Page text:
GUATEMALA CITY, March 26 (Reuters) - Guatemalan President Oscar Berger accepted the resignation of the country’s police chief and interior minister on Monday after eight murders raised fears that senior officials were linked to drug gangs.
Three Salvadoran politicians and their driver were murdered on Feb. 19 in Guatemala. Days later, four police detectives who were arrested for the murders were shot in prison. Opposition politicians say the events show corrupt police are working with death squads in return for protection from drug gangs.
A government investigation of the murders is underway.
Interior Minister Carlos Vielmann and the national head of police, Erwin Sperisen, tendered their resignations earlier this month. On Monday, Berger said he reluctantly accepted their decision.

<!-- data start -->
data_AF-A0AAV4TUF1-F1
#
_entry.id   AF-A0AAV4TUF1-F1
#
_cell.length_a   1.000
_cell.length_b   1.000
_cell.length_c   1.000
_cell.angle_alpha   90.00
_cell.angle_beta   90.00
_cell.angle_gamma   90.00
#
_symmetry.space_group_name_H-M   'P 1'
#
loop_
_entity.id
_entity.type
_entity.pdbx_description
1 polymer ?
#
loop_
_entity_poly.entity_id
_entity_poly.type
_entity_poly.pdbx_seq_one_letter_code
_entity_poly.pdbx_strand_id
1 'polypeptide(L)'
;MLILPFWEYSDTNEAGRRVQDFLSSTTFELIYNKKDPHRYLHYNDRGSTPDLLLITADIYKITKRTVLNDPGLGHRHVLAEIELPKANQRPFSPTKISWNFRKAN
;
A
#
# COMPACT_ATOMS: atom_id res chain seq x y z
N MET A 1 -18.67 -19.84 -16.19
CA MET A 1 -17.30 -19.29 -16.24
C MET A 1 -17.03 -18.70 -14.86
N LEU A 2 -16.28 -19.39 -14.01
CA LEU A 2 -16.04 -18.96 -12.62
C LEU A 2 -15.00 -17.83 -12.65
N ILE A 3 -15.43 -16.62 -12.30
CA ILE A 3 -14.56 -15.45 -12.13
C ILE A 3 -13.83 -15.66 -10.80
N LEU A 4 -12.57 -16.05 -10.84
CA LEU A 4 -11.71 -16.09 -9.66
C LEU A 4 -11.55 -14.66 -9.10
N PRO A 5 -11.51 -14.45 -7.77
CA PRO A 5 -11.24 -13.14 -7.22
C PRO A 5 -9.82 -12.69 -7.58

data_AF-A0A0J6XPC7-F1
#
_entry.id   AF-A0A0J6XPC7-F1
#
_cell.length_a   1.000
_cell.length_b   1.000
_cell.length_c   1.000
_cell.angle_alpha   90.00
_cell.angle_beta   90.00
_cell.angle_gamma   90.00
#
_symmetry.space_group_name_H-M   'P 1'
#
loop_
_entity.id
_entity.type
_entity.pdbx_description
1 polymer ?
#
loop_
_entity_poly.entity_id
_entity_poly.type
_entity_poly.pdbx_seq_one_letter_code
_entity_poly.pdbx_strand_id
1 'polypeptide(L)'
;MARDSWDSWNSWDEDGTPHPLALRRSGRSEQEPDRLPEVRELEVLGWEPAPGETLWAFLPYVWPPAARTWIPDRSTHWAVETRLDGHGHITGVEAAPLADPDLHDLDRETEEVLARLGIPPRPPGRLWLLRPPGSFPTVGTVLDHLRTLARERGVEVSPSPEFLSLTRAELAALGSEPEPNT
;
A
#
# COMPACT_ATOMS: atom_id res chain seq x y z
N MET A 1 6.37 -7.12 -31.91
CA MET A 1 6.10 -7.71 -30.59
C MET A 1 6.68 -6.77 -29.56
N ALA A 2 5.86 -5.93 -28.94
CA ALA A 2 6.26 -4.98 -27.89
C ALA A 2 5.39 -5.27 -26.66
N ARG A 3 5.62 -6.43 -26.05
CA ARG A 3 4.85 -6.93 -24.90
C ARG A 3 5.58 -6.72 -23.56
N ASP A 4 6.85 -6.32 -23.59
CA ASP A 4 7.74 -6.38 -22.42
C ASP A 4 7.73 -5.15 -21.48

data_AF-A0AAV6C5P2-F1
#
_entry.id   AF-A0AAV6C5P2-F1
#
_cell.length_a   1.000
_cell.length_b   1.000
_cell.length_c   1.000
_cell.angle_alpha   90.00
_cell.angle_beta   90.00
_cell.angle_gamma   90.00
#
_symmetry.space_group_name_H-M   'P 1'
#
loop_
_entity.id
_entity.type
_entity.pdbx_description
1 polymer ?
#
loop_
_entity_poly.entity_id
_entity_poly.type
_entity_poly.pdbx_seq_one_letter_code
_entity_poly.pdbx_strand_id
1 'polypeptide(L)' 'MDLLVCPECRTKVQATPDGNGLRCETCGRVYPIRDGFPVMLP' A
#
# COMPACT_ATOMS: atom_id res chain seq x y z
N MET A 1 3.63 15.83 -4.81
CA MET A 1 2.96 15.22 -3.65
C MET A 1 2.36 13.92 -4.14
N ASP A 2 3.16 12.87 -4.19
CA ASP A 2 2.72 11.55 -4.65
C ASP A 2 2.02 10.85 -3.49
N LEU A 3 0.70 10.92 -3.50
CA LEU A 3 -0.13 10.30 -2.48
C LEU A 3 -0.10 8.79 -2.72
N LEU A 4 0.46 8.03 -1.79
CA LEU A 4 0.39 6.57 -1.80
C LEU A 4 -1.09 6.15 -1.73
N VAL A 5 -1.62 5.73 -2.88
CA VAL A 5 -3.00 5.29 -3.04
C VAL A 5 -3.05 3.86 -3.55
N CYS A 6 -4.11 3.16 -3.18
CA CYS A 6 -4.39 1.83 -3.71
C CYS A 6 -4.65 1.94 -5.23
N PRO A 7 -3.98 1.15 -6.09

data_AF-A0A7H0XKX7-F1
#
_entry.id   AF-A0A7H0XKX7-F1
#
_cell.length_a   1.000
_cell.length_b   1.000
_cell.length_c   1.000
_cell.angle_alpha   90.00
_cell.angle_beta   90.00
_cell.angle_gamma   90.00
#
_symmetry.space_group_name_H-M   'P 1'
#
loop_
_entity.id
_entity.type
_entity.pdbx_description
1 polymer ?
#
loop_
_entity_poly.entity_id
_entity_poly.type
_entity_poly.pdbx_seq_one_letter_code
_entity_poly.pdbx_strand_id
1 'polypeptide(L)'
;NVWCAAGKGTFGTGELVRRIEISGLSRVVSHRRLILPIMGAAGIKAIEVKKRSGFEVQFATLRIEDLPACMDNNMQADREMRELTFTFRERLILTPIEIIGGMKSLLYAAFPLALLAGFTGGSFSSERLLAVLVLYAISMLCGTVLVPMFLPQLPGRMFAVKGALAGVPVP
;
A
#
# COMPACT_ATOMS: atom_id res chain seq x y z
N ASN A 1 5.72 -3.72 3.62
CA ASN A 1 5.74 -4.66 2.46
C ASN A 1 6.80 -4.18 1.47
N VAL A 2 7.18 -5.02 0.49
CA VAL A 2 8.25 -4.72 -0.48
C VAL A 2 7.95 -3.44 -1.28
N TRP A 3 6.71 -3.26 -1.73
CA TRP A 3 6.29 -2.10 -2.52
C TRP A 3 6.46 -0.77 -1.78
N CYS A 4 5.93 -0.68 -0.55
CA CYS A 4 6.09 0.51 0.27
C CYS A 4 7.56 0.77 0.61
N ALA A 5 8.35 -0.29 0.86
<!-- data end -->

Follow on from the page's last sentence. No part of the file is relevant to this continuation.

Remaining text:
Vielmann is likely to stay in the post for a few more days until Berger, whose government has been stained by the election-year crisis, finds a replacement.
"We don’t have a candidate right now, but we are going to speed up the process to find one as soon as possible," Berger told reporters.
Vielmann and Sperisen blame gang members inside the prison for the police detective’s deaths, saying they used smuggled weapons and collaborated with guards to kill the policemen.
Berger said drug-trafficking rings in Guatemala and El Salvador were behind the deaths of the Salvadoran politicians.
The annual U.S. State Department human rights report released this month highlighted corruption in Guatemala’s security forces, citing complaints of kidnappings, rapes and murders carried out by police in 2006.